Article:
I have facilitated textile enrichment workshops since 2009. In addition, my presentation experience includes image-supported overviews of nuno felting, as well as a survey (8-week mini-course) on the topics of “slow textiles” and soon, sustainable making. Please see my c.v. for specifics. Here is a brief essay I prepared concerning my workshop/teaching philosophy. You may also search the Blog Categories and Tag lists for Workshop-related posts which include slide shows and/or image galleries.
I’m taking some time to reflect after hosting a weekend of workshops at my studio.
“Nuno felting” is being disseminated at a rapid pace these days and there is an abundance of technical information in the “ether.” The technique itself is simple in essence, and these days one may gather enough information and materials on-line to create a satisfying finished product without having to venture far from home. This ease of access to the nuno felting technique and it’s continued popularity has everything to do with the almost-evangelical drive of its creators dating to the early 1990’s. All of us owe a great debt to Polly Stirling, Sachiko Kotaka, as well as the first wave of intrepid fiber and textile artists who found a home in this technique. As with any medium, one’s level of accomplishment over time reflects a commitment to evolving a body of fully-realized works. There is, however, something to be said for having the opportunity to “taste” different techniques. It was through just this sort of sampling that I discovered textiles and fiber, media which now form the foundation of my own creative practice. This initial exposure to a given technique is a doorway, an invitation for further exploration which we can accept or reject depending on our orientation. Of course, the deeper practice demands patience, perseverance and fearlessness, for as our practice deepens, we transcend technique and become more intimate with our medium…and through that intimacy become simultaneously more naked and more enfolded. But I truly digress (more about all of that some other time)….
Given the accessibility of the nuno felting technique and the great number of teachers world-wide today, why do I offer workshops at all? The answer comes easily: for me, the workshop is less about the technique itself (or, for that matter, the end-product) as it is about a deeper experience – one of sharing the creative inspiration and wisdom we all possess. To that end, I consider myself more a facilitator rather than a “teacher”. My job is to make “space” at the individual and the group level; i.e., to offer surface and materials for an individual to explore; and to facilitate unfolding at the group level through co-operation during the production process. While we are not generally conscious of it, we are all influencing each other. The more we “let go,” opening our hearts to each other and the process, the greater the likelihood of cross-fertilization at every level. When the workshop is approached this way, one leaves with more than a finished piece to admire: there are new connections made, fresh creative experiences shared, information exchanged. (And happily, this can happen for both the participants and the facilitator.)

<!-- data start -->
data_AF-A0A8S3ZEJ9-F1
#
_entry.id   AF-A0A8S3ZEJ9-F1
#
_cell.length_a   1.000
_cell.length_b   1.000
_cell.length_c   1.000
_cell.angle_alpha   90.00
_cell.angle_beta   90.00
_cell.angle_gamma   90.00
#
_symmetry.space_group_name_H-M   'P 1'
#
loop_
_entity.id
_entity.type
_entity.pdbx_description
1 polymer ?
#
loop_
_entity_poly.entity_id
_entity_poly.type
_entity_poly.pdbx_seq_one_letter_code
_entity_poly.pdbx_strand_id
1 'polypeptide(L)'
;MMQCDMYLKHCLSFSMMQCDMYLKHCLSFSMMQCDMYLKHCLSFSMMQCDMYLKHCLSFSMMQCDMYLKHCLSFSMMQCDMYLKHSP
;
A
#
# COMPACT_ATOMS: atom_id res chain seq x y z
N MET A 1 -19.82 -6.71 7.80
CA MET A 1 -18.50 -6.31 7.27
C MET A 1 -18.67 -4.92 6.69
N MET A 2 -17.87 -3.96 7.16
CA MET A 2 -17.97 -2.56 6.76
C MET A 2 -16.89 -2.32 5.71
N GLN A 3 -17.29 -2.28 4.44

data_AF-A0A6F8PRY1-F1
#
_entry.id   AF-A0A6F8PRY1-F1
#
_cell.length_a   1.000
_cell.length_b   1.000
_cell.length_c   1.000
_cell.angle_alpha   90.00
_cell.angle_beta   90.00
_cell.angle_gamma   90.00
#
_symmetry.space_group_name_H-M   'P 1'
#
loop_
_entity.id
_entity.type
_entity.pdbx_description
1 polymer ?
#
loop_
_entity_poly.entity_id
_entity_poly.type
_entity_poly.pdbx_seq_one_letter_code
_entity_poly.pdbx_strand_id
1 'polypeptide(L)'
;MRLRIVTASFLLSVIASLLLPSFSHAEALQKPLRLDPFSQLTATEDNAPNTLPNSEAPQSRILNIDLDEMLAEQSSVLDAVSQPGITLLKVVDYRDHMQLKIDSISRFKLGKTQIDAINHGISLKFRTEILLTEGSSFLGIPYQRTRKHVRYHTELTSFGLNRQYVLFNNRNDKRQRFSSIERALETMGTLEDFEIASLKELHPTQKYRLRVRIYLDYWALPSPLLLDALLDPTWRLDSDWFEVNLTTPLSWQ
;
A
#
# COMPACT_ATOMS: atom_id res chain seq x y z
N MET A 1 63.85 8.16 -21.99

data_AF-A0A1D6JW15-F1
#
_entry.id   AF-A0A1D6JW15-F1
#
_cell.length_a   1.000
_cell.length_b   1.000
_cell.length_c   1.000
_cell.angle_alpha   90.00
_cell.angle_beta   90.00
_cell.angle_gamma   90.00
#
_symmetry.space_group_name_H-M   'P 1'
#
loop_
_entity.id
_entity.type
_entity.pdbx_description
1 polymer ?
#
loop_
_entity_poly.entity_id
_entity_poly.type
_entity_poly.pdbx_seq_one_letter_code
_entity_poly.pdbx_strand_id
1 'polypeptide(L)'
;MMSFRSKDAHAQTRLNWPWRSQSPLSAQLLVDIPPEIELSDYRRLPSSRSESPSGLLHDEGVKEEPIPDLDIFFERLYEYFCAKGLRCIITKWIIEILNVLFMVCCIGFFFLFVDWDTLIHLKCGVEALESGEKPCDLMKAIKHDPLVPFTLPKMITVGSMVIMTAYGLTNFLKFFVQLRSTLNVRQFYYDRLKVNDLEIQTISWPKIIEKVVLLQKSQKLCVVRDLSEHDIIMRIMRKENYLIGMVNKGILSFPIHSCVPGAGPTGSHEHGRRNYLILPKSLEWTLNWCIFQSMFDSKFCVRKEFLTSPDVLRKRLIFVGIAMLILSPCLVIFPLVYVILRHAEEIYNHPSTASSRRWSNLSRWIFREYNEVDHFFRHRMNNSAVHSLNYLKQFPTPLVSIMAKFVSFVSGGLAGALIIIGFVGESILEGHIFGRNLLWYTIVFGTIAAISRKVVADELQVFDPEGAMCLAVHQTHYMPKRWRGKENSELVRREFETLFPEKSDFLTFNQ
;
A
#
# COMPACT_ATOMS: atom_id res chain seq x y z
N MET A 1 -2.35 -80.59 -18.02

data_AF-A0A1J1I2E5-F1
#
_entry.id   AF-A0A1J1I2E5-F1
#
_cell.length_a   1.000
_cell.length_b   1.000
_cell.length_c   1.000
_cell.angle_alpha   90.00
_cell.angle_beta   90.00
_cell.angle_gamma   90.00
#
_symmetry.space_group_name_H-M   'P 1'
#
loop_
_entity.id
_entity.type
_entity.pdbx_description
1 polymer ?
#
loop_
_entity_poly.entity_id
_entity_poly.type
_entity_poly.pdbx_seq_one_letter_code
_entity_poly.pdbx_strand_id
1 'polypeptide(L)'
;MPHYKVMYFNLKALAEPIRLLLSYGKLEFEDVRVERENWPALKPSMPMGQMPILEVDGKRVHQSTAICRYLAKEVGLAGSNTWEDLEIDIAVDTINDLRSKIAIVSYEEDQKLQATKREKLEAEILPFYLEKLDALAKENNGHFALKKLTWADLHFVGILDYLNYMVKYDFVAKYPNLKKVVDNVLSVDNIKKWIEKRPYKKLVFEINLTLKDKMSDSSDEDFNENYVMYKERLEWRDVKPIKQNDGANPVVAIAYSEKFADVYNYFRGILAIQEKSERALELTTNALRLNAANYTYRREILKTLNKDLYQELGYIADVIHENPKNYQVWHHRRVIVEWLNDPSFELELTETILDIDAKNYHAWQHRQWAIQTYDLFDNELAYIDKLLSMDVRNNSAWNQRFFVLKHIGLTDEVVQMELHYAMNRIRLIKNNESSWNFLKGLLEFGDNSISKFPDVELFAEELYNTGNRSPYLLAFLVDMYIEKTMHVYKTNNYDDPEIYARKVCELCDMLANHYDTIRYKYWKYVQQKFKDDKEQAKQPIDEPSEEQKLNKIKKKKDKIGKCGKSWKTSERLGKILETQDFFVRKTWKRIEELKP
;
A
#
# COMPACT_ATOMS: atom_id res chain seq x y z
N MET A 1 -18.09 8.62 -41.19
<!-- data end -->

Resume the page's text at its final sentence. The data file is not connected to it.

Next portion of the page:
I have worked with the nuno felt technique for many years; I enjoy working with this technique and have reached a certain level of mastery of it. Although I may not keep up with every new development in this art form, my experience gives me the confidence to know that what I am offering will give everyone a good foundation for going forward if they wish, and at least appreciating some of its subtleties if they don’t. As with all branches of human endeavor, there are a lot of minds working on this particular piece of the puzzle and when a plurality of minds is fully engaged at the level of personal process, innovation is never-ending. One person cannot possibly contain all of that potential or information! But…Viva la difference! We each have something to offer in terms of creative sensibility and past experience which can potentially change the nature of a technique and the end-product of its use. Ultimately, what I consider of greatest value, and my goal in offering workshops in this or any other technique, is the process. I am imparting a technique; but I am also offering the space and time for an experience to unfold. At the best of times, each workshop becomes a convergence – an in-the-moment, wholly unique composite of our combined individual richness. It amazes me every time and I am truly grateful to witness and be a part of it!